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A guide to the British accent

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A guide to the British accent –

British English is the standard language of the English dialect as spoken and written in the United Kingdom.  English is a Germanic language that originated from the Anglo-Frisian dialects brought German settlers and its grammatical influence accounts for substantial innovations noted between English and the other West German idiom. However, what is known as the current British accent did not arise until the mid-1700s. The English and Americans shared an accent during the initial British migration to the United States. But contrary to what most people believe this accent was very similar to what Americans now speak. In other words, it was more of a Rhotic accent.

Well, what you have learned may come be confused when you landed in the UK; the accents might have been almost unfamiliar with and nothing close to your idea of the British English that you have learned in school or being spoken about. This is because the UK is very rich in dialects with countless accents shaped by thousands of years of history.

You may find different accents and dialects widely across Great Britain, Ireland, and nearby smaller islands. Most of the time it will be difficult to find so-called British accent" though, someone could be said to have an English, Scottish, Welsh or Irish accent, although these all have several different sub-types.

So that you are not caught unprepared, here’s a guide to just a few of these British dialects, which you’re sure to come across on your trip to the UK.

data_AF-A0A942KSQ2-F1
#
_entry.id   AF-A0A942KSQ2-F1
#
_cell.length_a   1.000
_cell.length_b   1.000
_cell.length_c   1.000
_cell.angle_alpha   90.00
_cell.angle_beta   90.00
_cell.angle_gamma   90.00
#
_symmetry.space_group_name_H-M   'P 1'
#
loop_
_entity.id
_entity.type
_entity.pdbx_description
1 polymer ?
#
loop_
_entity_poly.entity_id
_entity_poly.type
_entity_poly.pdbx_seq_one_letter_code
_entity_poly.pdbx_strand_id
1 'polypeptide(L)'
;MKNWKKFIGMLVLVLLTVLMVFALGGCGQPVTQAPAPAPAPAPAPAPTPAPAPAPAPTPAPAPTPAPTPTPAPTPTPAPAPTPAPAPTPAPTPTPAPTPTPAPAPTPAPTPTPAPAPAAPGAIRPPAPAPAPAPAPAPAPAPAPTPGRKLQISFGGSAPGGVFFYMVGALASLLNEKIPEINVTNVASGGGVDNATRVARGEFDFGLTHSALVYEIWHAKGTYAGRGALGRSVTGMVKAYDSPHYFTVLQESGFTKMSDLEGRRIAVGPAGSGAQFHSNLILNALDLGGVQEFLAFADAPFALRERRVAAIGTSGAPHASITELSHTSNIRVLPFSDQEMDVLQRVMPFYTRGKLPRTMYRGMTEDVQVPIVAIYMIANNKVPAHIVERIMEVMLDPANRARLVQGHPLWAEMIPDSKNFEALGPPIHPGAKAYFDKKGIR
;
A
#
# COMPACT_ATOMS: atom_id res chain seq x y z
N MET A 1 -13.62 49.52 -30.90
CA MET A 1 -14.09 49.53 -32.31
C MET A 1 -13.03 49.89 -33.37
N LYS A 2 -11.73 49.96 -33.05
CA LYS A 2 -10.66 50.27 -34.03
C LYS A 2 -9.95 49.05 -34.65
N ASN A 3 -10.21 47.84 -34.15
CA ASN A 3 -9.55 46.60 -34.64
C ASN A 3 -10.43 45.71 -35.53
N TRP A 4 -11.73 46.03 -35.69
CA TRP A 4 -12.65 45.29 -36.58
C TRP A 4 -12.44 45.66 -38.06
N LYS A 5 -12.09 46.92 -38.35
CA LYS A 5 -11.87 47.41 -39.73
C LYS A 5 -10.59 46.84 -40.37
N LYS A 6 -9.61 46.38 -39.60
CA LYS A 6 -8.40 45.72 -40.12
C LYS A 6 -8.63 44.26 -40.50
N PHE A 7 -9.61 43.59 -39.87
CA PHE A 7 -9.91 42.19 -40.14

Received pronunciation is the accent that people think closest to the standard British English. It is been spoken by the upper classes in London and generally in the south of England. It may be Sometimes referred to as “BBC Pronunciation” in which non- rhoticity is the main feature. That means the r at the ends of words isn’t pronounced (In a non-rhotic accent, the word 'sort' is pronounced like the word 'sought'.).


One of the Commonly spoken dialects of the UK, especially among the working classes in the east end of the city of London.  With a Rhyming slang, the Cockney accent is most notable for its jargon or secret language. In its geographical and cultural senses, Cockney is best defined as a person born within hearing distance of the church bells of St. Mary-le-Bow, Cheapside, in the City of London.


Normally Geordie which is of old English dialect refers to both the people and dialect of Newcastle. The noted feature is that the ‘r’s at the end of words aren’t pronounced, and tend to be pronounced as ‘ah’ instead. So a word like ‘sugar’ becomes ‘sug-ah’.

Multicultural London English (MLE)

This London-based accent, known as a sociolect, is a dialect-specific to a particular social class and predominantly heard among young people.

The Manchester Accent

This accent was originated from those who reside in the North West England city of Manchester, and its surrounding area. Some examples of this accent that make it easy to identify include dropping the ‘r’ and ‘t’ at the end of words, (roar) and dropping the ‘h’ sound at the beginning of a word, so thus making ‘and’ instead of hand.

Scottish English

Scottish English was born as a result of language contact between Scots and the Standard English of England after the 17th century. Afterward, many phonological compromises and lexical transfers have happened to it.

West Country (Southwest British)

This refers to the accents in the South of England, just about fifty miles west of London and extending to the Welsh border. Rhoticity is the main feature in this accent that is If someone from London would pronounce mother as “muthah,” here it will be “mutherrr’’.

Midlands English

Midlands English is one dialect with great disapproval of the more among Englishes. The most famous of these dialects is Brummie (Birmingham English) which is quite famous for its uneasiness.

Welsh English

Influenced greatly by the accents and dialects of the country of Wales this accent is melodious and lilting. It is usually non-rhotic and Several dialect words are imported from the Welsh language.

Estuary English (Southeast British)

Another dialect which is London based and commonly used by people who live along the river Thames and its estuary. Widely heard around Southeast England Estuary English is more often considered as a blend of cockney and Received Pronunciation (RP).

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